HTTP/S is a complex protocol that expects complex encoded data for its requests. Codename One tries to simplify and abstract most of these complexities behind common sense API's while still providing the full low level access you would expect from such an API.
HTTP supports several "request methods", most commonly
POST but also a few others such as
Arguments in HTTP are passed differently between
methods. That is what the
setPost method in Codename One determines, whether
arguments added to the request should be placed using the
GET semantics or the
So if we continue our example from above we can do something like this:
This will implicitly add a get argument with the content of
value. Notice that we
don't really care what value is. It's implicitly HTTP encoded based on the get/post semantics.
In this case it will use the get encoding since we passed
false to the constructor.
A simpler implementation could do something like this:
This would be almost identical but doesn't provide the convenience for switching back and
POST and it isn't as fluent.
We can skip the encoding in complex cases where server code expects illegal HTTP
characters (this happens) using the
addArgumentNoEncoding method. We can
also add multiple arguments with the same key using
As we explained above, the
setPost() method allows us to manipulate the
get/post semantics of a request. This implicitly changes the
GET method submitted to the server.
However, if you wish to have finer grained control over the submission process e.g. for making a
HEAD request you can do this with code like:
When communicating with HTTP servers we often pass data within headers mostly for authentication/authorization but also to convey various properties.
Some headers are builtin as direct API's e.g. content type is directly exposed within the API since it's a pretty common use case. We can set the content type of a post request using:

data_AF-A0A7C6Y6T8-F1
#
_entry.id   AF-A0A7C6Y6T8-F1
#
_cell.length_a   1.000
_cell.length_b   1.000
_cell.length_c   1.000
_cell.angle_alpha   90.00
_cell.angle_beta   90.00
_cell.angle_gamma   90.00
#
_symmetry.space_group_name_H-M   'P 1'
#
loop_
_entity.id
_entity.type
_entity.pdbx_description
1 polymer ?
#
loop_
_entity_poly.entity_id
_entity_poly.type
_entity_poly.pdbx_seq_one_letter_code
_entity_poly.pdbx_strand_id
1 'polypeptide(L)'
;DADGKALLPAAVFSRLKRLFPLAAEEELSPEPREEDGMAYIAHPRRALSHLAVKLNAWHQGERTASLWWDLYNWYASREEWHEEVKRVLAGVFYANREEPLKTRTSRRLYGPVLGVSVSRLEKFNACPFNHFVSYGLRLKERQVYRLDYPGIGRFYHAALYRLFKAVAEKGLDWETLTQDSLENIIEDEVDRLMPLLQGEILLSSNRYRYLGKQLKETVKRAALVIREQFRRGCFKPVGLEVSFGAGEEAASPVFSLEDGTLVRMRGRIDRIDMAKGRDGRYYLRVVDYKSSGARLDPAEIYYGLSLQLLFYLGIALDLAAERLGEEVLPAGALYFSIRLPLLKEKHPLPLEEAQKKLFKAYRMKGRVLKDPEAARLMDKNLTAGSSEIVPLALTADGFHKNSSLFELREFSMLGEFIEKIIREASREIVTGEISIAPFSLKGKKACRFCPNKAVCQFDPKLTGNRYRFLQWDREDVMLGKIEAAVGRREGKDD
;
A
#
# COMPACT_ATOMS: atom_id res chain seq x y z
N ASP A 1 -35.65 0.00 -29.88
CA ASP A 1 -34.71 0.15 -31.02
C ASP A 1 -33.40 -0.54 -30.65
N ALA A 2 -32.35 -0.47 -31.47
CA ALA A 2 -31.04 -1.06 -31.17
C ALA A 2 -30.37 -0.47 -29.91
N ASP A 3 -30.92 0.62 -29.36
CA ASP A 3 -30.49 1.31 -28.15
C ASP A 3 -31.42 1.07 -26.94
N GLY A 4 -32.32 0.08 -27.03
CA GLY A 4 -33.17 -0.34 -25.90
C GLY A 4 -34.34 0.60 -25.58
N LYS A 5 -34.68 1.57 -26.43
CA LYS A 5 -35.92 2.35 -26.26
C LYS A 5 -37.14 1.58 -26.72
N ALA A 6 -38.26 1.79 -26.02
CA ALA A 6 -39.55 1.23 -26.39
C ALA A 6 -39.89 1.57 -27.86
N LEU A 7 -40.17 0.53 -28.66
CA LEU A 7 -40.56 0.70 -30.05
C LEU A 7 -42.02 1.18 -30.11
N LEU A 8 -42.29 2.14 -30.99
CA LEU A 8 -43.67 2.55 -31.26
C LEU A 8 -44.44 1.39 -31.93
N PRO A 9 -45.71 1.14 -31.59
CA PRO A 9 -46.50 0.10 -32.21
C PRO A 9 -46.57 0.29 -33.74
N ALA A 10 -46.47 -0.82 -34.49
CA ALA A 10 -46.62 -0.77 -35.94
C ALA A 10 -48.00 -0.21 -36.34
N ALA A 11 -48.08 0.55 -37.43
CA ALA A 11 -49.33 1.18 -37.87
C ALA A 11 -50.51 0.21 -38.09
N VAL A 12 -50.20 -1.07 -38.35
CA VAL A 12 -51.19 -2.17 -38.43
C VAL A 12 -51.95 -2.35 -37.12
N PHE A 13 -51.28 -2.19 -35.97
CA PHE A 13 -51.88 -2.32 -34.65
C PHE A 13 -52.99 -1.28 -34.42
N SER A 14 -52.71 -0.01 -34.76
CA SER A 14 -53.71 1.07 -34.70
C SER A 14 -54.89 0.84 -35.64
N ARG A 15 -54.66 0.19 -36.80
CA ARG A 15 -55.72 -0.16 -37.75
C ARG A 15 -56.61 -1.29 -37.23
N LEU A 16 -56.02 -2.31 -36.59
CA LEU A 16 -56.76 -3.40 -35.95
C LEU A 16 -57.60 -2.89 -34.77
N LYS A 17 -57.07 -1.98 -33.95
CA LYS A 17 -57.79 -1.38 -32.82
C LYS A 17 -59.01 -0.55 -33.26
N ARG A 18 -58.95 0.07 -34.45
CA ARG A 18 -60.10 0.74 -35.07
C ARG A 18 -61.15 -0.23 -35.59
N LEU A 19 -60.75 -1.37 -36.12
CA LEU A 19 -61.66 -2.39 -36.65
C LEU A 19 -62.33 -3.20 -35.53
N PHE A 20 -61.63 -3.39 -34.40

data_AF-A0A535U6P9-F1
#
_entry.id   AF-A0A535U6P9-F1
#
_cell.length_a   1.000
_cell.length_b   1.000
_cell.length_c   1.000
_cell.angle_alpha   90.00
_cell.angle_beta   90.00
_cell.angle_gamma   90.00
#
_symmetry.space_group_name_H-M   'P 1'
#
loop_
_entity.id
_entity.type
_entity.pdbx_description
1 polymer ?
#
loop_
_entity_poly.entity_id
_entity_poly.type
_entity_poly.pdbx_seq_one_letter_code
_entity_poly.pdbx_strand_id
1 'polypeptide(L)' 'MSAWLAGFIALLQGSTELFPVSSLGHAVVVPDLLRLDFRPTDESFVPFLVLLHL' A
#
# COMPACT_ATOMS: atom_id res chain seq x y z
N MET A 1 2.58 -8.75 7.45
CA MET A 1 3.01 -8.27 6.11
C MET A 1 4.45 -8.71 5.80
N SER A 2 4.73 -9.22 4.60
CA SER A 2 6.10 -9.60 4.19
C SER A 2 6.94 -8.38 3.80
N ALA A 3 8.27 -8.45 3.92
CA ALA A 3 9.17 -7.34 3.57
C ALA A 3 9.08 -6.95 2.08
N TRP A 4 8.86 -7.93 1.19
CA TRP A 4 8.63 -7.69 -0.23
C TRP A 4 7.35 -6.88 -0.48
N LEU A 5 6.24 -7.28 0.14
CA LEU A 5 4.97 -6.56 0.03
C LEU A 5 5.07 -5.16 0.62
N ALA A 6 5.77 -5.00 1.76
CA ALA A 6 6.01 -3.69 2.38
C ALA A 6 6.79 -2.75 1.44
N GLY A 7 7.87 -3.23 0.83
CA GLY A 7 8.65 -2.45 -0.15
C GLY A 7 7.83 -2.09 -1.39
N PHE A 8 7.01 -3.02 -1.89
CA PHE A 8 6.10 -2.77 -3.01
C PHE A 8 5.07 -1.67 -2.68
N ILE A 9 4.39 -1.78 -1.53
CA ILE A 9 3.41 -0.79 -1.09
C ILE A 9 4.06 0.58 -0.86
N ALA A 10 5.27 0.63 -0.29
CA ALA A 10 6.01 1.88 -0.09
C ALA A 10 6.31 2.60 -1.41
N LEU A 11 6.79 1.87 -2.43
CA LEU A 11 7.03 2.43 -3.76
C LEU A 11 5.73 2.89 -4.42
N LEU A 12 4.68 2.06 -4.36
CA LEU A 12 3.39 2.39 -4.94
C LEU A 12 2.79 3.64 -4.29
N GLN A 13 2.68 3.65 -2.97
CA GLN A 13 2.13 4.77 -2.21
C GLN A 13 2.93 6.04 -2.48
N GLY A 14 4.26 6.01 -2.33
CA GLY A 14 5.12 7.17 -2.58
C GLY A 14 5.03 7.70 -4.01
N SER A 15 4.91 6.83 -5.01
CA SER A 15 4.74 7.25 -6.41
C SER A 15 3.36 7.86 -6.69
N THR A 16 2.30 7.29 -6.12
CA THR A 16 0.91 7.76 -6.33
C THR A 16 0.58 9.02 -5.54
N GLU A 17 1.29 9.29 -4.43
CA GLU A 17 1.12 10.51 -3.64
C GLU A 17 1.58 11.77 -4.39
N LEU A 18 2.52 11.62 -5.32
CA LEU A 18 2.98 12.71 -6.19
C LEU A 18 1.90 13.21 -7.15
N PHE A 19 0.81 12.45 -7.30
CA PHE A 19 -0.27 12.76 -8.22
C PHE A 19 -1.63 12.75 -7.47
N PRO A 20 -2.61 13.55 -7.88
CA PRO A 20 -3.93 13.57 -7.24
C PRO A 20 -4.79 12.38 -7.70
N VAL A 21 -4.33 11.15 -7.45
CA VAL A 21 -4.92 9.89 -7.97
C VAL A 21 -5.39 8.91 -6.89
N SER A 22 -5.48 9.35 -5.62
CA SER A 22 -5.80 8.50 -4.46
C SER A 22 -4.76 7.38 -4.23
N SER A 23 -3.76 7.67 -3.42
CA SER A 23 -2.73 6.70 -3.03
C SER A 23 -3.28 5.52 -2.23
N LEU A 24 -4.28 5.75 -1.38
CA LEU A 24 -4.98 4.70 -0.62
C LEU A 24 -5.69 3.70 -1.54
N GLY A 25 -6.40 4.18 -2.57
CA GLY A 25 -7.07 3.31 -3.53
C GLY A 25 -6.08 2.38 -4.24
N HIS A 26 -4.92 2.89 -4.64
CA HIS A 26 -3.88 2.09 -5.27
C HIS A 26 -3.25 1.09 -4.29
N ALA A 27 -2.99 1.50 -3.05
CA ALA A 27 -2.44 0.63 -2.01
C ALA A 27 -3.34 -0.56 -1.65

We can also add any arbitrary header type we want, e.g. a very common use case is basic authorization where the authorization header includes the Base64 encoded user/password combination as such:
This can be quite tedious to do if you want all requests from your app to use this header. For this use case you can just use:
Server returned headers are a bit trickier to read. We need to subclass the connection request
and override the
readHeaders method e.g.:
Here we can extract the headers one by one to handle complex headers such as cookies, authentication etc.
As you noticed above practically all of the methods in the
IOException. This allows you to avoid the
semantics and just let the error propagate up the chain so it can be handled uniformly by
There are two distinct placed where you can handle a networking error:
Notice that the
NetworkManager error handler takes precedence thus allowing
you to define a global policy for network error handling by consuming errors.
E.g. if I would like to block all network errors from showing anything to the user I could do something like this: